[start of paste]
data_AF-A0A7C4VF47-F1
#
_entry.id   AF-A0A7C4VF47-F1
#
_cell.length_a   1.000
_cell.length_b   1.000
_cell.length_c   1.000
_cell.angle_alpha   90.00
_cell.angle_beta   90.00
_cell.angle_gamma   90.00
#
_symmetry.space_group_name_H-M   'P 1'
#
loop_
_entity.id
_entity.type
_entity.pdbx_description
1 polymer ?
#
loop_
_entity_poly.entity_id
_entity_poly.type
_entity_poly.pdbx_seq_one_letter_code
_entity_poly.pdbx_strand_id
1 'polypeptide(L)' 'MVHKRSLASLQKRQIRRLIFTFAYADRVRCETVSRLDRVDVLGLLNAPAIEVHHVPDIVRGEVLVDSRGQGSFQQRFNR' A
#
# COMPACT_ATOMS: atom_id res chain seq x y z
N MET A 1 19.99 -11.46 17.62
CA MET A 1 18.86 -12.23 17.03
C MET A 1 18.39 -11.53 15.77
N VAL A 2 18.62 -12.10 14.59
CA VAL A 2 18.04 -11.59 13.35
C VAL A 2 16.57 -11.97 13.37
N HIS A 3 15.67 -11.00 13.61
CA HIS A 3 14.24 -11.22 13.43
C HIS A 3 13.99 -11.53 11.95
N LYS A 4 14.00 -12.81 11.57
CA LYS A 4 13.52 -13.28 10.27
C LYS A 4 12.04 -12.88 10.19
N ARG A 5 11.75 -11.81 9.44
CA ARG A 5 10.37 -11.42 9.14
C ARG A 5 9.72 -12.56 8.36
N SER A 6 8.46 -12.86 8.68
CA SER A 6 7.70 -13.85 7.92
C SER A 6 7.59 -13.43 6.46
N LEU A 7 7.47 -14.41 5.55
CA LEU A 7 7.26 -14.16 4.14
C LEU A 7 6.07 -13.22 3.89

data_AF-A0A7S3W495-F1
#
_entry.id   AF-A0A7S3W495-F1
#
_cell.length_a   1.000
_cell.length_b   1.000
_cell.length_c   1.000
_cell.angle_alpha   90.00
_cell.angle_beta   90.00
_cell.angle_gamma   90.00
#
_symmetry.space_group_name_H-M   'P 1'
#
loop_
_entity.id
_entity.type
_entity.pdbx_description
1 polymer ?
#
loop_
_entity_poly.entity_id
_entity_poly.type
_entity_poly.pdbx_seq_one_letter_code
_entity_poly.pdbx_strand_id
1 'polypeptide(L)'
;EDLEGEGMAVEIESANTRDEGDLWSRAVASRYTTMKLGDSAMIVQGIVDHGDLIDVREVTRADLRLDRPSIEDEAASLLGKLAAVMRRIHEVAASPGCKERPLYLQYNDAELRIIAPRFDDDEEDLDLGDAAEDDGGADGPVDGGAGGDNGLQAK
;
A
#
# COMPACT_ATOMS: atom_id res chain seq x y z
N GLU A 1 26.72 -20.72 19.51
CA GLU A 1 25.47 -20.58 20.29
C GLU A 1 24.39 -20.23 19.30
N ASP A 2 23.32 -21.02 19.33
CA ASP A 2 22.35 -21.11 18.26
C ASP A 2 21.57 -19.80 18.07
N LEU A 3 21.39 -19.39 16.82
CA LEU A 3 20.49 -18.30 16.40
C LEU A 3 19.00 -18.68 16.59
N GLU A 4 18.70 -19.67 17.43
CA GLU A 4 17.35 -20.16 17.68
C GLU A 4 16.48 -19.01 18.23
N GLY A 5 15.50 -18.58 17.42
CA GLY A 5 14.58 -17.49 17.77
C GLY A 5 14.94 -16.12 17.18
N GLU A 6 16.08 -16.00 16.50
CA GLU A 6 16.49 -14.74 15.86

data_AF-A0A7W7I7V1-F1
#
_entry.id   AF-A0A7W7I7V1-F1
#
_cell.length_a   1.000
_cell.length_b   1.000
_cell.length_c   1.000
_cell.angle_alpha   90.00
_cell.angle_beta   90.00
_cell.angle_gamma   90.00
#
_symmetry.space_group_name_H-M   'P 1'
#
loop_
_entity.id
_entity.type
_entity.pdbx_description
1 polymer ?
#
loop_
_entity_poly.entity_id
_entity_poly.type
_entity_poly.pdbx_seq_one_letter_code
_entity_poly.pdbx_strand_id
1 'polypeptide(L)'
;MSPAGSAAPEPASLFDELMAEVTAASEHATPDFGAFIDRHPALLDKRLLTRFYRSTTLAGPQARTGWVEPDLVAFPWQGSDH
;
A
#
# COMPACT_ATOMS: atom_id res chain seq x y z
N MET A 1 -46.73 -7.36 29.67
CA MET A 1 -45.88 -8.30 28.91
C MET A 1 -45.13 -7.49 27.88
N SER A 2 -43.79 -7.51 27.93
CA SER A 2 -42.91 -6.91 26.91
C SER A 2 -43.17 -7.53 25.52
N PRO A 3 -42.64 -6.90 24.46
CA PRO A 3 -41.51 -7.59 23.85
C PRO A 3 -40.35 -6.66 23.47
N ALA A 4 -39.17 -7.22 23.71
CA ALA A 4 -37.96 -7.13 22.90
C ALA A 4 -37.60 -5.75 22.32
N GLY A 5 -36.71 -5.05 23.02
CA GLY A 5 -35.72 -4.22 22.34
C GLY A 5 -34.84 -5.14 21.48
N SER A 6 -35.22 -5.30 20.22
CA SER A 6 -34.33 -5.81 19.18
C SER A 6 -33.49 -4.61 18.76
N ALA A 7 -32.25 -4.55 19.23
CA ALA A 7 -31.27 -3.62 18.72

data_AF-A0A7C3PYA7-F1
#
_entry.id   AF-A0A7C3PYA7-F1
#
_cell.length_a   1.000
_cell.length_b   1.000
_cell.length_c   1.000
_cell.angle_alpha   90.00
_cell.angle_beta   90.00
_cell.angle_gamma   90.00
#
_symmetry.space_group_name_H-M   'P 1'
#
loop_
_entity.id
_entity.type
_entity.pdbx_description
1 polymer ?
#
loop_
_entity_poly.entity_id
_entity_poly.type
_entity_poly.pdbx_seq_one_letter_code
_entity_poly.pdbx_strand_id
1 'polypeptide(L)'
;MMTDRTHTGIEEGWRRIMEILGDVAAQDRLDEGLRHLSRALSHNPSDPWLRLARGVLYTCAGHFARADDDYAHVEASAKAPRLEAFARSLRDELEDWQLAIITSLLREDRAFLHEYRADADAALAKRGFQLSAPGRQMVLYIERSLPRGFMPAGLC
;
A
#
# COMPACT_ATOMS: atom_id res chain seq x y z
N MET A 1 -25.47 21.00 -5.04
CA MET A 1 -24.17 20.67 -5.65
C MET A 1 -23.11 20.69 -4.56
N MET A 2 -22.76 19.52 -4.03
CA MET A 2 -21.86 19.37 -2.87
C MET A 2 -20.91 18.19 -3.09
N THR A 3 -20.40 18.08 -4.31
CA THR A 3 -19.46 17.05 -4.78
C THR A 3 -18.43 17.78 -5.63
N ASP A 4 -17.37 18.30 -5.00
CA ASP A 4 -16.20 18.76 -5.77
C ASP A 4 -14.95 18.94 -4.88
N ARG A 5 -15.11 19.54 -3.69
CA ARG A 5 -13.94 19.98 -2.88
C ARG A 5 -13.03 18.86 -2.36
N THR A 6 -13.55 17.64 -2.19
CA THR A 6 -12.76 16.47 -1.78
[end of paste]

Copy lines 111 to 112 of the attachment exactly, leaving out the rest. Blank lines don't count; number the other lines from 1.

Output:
_entity.type
_entity.pdbx_description